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The following is a foolish commentary, and should not be taken seriously. For that matter, it should not be read by anyone.

Among certain teen subcultures, the term "random" is applied to almost anything spontaneous that occurs (usually during a conversation), even if the event is not random at all. Additionally, these same subcultures often have an uncanny fondness for anything they perceive to be random, as a substitute for actual wit or humor.

Although they describe the events as random, there is often a distinct pattern to their conversations. Sexual innuendos, lines from favorite television shows, and inside jokes often feature heavily, and it may seem to the innocent bystander that these lovers of "randomness" are attempting to behave as if their lives were actually anime story lines. The truth, sadly, is far more sinister.

The real reason these goofy, hyperactive teenagers adore their faux randomness so much is that they are mentally incapacitated in two ways. Firstly, popular culture has a detrimental hypnotic effect on these poor teenagers' minds: their attention spans rarely exceed eight seconds, and therefore they feel compelled to re-stimulate group activity by saying something unrelated to whatever they have been talking about for the last eight seconds. Their broken conversations are not the result of pure stupidity, but rather an inability to maintain focus.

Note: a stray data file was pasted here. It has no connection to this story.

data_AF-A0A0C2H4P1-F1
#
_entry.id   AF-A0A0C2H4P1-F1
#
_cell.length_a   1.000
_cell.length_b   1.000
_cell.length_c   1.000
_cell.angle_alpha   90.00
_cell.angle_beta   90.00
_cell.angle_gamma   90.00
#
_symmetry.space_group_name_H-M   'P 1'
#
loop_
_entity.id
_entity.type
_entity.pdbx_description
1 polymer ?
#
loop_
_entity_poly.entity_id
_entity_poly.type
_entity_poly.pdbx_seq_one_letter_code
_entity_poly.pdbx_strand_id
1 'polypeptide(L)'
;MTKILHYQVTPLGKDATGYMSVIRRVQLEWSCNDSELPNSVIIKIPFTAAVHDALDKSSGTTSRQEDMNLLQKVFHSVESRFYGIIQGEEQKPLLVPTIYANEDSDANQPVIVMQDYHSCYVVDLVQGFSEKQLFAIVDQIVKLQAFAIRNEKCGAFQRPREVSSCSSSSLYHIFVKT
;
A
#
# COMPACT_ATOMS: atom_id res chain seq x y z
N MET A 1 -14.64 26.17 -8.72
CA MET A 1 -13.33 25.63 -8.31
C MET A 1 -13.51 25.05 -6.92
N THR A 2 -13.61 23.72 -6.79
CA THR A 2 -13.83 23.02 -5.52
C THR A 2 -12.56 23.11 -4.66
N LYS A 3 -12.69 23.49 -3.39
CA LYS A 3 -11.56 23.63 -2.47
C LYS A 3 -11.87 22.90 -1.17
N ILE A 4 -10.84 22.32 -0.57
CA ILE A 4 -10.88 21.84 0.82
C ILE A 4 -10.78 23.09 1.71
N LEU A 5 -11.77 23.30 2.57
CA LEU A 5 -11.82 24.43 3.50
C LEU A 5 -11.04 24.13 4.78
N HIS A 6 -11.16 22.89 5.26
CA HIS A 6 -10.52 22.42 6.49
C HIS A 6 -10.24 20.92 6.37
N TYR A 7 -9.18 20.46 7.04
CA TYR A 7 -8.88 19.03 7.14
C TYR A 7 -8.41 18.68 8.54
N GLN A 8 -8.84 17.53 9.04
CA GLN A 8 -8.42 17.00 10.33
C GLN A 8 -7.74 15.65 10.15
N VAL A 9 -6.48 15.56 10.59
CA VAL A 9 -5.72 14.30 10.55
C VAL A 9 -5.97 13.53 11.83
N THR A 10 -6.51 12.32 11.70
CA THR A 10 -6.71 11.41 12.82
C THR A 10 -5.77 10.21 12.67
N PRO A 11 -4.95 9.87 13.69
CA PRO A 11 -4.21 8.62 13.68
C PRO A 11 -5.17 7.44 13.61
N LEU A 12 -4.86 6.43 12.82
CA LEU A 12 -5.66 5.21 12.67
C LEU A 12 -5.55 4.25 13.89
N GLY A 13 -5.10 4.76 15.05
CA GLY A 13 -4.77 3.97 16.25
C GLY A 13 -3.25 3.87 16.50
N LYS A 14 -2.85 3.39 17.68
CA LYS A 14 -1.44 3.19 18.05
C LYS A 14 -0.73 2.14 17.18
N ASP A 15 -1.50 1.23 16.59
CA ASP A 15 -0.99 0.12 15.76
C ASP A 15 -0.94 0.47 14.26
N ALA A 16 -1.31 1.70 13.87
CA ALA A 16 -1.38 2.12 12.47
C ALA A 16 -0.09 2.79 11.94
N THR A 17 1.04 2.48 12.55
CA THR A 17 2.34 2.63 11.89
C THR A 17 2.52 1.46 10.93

Secondly, their imaginations are dulled by the images and ideas they are exposed to every day, on television and on the internet. They have come to mistake memes with creativity, and the part of their minds that truly has the capacity to be spontaneous and random is atrophied. In their desperation, they turn to these trite and overused ideas for their eight seconds of conversation, delighting every single time one of them comes up with another one. This delight is expressed through laughter, exclamations of "WTF," and saying "That's so random!"

People should have sympathy for these twice-damned souls, for they are but victims of peer pressure and mind-dulling influences. The truly intelligent, creative, and humorous should not scorn them, but make it their goal to gently ease these poor, ignorant fools out of shallow-mindedness. Improv comedy is a wonderful tool for this, since the concept is attractive to them ("It's a form of comedy where you get to be random!"), and encourages creative silliness in place of memes ("Actually, try just going with whatever pops into your head, rather than quoting from a funny movie").

Failing that, the truly intelligent, creative, and humorous can always become famous icons of popular culture, and provide more material for the eight-second-long conversations. That could also work.

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